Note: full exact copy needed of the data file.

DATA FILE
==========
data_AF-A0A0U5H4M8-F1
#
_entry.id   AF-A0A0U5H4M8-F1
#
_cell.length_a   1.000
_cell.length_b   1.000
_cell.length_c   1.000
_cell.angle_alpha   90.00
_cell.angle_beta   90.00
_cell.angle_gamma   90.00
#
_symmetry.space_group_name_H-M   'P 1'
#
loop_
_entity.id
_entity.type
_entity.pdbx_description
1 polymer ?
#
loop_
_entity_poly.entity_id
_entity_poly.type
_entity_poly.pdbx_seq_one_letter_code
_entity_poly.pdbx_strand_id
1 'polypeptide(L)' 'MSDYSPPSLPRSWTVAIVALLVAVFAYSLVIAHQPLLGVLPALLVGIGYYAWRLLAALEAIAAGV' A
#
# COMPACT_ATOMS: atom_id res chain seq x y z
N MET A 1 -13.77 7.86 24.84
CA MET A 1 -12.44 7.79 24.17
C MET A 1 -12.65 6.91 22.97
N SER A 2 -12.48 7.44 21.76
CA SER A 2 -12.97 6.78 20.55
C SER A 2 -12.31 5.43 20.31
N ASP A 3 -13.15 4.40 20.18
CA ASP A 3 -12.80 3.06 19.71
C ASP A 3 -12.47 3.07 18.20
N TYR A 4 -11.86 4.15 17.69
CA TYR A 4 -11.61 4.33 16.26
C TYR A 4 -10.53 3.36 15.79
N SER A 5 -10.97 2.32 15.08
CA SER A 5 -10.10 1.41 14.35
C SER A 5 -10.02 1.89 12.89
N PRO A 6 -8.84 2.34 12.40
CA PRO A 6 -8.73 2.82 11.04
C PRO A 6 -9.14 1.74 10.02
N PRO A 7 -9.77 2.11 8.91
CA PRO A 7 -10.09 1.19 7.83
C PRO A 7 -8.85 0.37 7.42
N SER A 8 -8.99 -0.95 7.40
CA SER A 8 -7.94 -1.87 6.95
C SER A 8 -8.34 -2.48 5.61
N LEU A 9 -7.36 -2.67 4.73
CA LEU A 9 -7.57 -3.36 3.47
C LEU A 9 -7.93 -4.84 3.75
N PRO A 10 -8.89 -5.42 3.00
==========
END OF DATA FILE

data_AF-A0A0U5H4M8-F1
#
_entry.id   AF-A0A0U5H4M8-F1
#
_cell.length_a   1.000
_cell.length_b   1.000
_cell.length_c   1.000
_cell.angle_alpha   90.00
_cell.angle_beta   90.00
_cell.angle_gamma   90.00
#
_symmetry.space_group_name_H-M   'P 1'
#
loop_
_entity.id
_entity.type
_entity.pdbx_description
1 polymer ?
#
loop_
_entity_poly.entity_id
_entity_poly.type
_entity_poly.pdbx_seq_one_letter_code
_entity_poly.pdbx_strand_id
1 'polypeptide(L)' 'MSDYSPPSLPRSWTVAIVALLVAVFAYSLVIAHQPLLGVLPALLVGIGYYAWRLLAALEAIAAGV' A
#
# COMPACT_ATOMS: atom_id res chain seq x y z
N MET A 1 -13.77 7.86 24.84
CA MET A 1 -12.44 7.79 24.17
C MET A 1 -12.65 6.91 22.97
N SER A 2 -12.48 7.44 21.76
CA SER A 2 -12.97 6.78 20.55
C SER A 2 -12.31 5.43 20.31
N ASP A 3 -13.15 4.40 20.18
CA ASP A 3 -12.80 3.06 19.71
C ASP A 3 -12.47 3.07 18.20
N TYR A 4 -11.86 4.15 17.69
CA TYR A 4 -11.61 4.33 16.26
C TYR A 4 -10.53 3.36 15.79
N SER A 5 -10.97 2.32 15.08
CA SER A 5 -10.10 1.41 14.35
C SER A 5 -10.02 1.89 12.89
N PRO A 6 -8.84 2.34 12.40
CA PRO A 6 -8.73 2.82 11.04
C PRO A 6 -9.14 1.74 10.02
N PRO A 7 -9.77 2.11 8.91
CA PRO A 7 -10.09 1.19 7.83
C PRO A 7 -8.85 0.37 7.42
N SER A 8 -8.99 -0.95 7.40
CA SER A 8 -7.94 -1.87 6.95
C SER A 8 -8.34 -2.48 5.61
N LEU A 9 -7.36 -2.67 4.73
CA LEU A 9 -7.57 -3.36 3.47
C LEU A 9 -7.93 -4.84 3.75
N PRO A 10 -8.89 -5.42 3.00